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Long IslandColumnistsJoye Brown

Justice Dept. should reopen probe of discriminatory policing in Suffolk

Juan Cartagena, president and general council of LatinoJustice,

Juan Cartagena, president and general council of LatinoJustice, outside court in Central Islip on April 30, 2015. Cartagena announced a federal class action lawsuit alleging multiple officers in the Suffolk County Police Department targeted Latinos for unfounded, raced-based stops. Credit: Ed Betz

Suffolk County residents should not have to wait years for serious allegations in a lawsuit filed last week against Suffolk police to be resolved in federal court.

That's why the U.S. Justice Department ought to honor a request by LatinoJustice and other advocacy groups to reopen its investigation into allegations of discriminatory policing in Suffolk.

As it is, a consent decree Suffolk signed with the Justice Department in 2013 requires the county to meet regularly with Latino groups, and to compile specific information on incidents and their outcome.

Those meetings, officials say, have been occurring. But a series of new allegations, raised in the lawsuit filed last Wednesday in U.S. District Court on behalf of 21 Latinos who live in Suffolk, are disturbing -- particularly those that say several "unnamed" officers and supervisors may have been involved in systemically singling out Latinos for stops, searches and ticketing.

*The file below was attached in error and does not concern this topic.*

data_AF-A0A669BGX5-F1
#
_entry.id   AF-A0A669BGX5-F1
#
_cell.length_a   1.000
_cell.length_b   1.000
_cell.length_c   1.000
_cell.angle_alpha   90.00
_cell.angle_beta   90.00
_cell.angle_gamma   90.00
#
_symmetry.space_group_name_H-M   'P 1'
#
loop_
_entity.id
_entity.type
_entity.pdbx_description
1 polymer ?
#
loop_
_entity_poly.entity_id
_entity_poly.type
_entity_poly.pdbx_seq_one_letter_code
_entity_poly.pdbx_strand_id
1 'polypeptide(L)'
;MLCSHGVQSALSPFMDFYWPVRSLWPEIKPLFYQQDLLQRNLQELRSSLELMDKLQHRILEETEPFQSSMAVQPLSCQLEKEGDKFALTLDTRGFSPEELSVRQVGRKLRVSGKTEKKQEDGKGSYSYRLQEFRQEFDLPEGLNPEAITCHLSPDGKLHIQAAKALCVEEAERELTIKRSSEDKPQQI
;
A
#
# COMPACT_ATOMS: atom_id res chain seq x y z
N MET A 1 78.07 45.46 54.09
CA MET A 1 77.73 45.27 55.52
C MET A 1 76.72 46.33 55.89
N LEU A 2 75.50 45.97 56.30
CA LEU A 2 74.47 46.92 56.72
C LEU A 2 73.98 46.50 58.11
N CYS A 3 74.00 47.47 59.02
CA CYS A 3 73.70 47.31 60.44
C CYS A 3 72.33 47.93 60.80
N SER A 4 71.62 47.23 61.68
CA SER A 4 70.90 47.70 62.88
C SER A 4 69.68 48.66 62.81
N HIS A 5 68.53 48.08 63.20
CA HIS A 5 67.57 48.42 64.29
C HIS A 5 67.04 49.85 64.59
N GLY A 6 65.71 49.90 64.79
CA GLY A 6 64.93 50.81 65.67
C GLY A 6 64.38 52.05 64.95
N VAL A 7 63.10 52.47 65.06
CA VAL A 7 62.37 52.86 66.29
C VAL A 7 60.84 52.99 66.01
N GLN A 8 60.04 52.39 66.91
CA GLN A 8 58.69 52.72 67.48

In addition, the suit alleges that other unnamed police officers collaborated with Sgt. Scott Greene, who last year was recorded stealing money from an undercover Latino officer during a sting operation by Suffolk prosecutors and police. Cops were assisted by LatinoJustice, which filed the lawsuit last week, and other immigrant advocacy groups.

The sting resulted in two indictments, containing 81 criminal charges involving 27 Latino victims, against Scott. Were other officers and supervisors involved? "There is no credible evidence that Greene acted with other police officers," according to a statement last week from the Suffolk district attorney's office.

Greene has pleaded not guilty.

The lawsuit -- along with a separate letter LatinoJustice sent to the U.S. attorney's office last week seeking to reopen the investigation -- includes other allegations as well.

Among them:

That unnamed Suffolk police officers on three occasions stopped and detained Antonio Tum -- who was injured in what LatinoJustice says was an attack in 2010 that left another immigrant dead -- after learning he had talked to FBI agents last year.

The incidents were referred to the Suffolk police internal investigations bureau, and Tum was interviewed by police about the stops this year, according to the letter -- but only after earlier complaints to police Commissioner Edward Webber went unanswered.

That the DA and the police department ignored audiotapes of a 2010 conversation between a 911 dispatcher and a Latino man who said he had $100 stolen by a Suffolk officer. The man said the money was returned by another officer "who told him never to speak to the press about the incident."

The police department, citing its policy of not commenting on pending litigation, released this statement last week: "The public should know that when we receive a complaint about one of our officers' conduct, we treat it seriously and will act upon and investigate it fully."

Still, the department for years was under scrutiny by the Justice Department, following complaints of discriminatory policing of Latinos.

The lawsuit alleges that, for some Latinos in Suffolk, those days are not over. Which is why the Justice Department -- which already is sifting through a range of non-policing-related issues in Suffolk, and Nassau -- should have another look.

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